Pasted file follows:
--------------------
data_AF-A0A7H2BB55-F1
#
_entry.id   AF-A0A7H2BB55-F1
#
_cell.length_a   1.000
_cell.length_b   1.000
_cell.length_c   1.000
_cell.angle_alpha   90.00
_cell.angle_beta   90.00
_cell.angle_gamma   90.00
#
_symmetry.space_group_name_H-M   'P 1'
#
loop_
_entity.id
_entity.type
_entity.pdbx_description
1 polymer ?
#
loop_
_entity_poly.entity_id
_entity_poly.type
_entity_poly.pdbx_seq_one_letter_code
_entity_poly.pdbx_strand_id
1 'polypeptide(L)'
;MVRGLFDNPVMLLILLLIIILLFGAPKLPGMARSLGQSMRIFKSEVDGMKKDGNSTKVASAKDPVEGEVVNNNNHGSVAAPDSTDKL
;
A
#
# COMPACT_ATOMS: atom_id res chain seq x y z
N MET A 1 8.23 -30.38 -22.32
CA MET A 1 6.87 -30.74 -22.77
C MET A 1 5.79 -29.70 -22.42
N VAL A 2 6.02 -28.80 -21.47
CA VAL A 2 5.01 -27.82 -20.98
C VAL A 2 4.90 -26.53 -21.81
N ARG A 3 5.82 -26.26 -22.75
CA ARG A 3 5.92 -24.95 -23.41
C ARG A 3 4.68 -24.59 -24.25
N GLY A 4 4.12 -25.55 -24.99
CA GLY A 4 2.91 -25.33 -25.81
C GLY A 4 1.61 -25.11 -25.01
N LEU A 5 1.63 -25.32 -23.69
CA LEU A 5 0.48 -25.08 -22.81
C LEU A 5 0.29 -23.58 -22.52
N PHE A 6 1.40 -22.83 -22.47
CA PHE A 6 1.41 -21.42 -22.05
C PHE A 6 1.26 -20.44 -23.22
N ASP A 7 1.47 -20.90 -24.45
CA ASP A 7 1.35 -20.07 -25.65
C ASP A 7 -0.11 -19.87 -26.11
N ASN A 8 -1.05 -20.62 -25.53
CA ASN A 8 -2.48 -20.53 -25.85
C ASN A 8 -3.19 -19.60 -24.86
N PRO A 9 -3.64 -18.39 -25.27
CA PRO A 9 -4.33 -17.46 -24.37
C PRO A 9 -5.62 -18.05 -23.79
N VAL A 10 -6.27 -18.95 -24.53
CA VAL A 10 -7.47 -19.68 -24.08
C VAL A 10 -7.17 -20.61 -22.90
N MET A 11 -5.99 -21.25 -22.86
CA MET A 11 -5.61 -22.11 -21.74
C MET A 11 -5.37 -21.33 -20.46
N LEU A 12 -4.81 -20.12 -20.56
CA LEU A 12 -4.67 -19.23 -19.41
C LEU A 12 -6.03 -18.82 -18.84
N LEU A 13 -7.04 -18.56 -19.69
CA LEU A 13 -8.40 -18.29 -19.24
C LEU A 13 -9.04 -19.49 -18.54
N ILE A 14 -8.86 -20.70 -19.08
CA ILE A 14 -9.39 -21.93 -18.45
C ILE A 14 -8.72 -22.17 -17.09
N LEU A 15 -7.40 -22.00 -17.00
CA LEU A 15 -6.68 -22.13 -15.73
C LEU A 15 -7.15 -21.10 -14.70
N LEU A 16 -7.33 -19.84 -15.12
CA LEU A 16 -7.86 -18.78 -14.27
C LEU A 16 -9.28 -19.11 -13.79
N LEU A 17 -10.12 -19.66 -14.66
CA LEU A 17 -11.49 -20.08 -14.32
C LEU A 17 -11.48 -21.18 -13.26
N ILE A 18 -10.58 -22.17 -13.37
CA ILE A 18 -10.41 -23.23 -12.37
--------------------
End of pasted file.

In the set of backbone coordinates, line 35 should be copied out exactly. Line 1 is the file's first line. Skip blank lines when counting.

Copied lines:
CA VAL A 2 5.01 -27.82 -20.98